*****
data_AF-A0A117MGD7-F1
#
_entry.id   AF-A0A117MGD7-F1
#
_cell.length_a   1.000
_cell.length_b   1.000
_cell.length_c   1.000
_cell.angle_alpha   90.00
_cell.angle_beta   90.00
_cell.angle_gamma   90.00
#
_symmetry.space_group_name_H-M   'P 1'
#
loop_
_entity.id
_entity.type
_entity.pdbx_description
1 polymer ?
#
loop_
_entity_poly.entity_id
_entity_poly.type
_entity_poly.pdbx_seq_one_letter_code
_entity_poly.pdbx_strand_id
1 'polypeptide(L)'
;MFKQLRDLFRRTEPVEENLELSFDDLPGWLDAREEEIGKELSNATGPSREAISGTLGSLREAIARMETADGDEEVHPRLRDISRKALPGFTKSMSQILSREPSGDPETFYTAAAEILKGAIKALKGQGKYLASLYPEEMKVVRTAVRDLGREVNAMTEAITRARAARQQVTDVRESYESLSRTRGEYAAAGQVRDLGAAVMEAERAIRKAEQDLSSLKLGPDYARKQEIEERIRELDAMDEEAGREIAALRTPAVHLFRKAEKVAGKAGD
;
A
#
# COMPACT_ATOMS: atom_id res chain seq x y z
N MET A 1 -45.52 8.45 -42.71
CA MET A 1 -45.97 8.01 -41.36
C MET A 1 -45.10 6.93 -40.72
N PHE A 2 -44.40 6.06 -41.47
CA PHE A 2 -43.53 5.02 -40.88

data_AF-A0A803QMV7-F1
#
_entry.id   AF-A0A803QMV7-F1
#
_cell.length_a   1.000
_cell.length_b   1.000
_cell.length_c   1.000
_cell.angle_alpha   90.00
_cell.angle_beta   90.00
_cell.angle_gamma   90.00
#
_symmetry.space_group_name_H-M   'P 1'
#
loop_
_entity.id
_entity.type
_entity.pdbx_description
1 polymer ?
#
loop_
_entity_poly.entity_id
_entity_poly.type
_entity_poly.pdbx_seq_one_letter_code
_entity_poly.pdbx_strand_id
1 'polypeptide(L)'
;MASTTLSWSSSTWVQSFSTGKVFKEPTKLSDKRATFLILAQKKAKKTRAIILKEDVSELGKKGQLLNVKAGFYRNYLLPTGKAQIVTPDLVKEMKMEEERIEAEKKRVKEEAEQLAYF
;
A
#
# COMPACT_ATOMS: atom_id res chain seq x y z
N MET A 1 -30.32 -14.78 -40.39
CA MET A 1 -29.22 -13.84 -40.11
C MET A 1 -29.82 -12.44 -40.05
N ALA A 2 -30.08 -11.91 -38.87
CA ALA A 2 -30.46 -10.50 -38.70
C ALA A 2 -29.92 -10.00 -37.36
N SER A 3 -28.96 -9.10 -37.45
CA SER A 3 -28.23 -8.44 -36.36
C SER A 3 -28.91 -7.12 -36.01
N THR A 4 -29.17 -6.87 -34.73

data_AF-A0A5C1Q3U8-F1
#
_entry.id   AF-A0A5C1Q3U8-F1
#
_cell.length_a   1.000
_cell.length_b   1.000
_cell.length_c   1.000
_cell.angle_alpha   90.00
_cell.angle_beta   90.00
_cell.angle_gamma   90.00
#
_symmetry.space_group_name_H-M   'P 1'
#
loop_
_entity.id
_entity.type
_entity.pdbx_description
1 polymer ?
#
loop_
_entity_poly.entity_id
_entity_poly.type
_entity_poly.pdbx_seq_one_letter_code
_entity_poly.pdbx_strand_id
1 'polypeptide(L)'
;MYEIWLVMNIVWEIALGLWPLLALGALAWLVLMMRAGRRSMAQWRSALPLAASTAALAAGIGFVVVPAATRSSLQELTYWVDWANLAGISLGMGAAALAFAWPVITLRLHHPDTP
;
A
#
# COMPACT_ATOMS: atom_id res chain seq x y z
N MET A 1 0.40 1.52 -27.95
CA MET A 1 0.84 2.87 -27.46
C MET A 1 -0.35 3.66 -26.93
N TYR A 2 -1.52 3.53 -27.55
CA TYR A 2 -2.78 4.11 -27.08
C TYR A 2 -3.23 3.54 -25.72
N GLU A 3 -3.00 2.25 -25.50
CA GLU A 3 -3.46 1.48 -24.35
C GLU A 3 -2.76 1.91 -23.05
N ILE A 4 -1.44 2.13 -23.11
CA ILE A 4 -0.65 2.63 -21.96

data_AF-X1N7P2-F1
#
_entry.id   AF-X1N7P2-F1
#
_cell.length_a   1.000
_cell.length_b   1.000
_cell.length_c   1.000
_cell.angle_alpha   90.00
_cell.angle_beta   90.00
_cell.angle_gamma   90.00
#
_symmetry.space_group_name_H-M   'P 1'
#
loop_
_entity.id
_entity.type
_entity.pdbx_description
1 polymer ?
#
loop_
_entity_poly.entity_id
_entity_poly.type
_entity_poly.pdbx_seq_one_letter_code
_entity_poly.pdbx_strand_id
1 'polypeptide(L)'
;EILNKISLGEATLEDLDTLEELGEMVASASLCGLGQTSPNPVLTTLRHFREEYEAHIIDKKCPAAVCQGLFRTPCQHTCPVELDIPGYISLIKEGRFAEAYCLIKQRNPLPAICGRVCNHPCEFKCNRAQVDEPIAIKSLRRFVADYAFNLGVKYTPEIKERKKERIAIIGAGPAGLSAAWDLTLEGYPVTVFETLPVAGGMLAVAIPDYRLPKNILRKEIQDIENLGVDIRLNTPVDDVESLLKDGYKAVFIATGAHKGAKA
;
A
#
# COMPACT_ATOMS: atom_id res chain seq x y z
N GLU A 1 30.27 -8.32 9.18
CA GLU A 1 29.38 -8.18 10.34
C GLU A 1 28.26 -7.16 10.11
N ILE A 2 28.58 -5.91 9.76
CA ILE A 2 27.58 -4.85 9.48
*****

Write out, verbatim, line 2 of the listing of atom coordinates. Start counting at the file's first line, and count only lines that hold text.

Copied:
#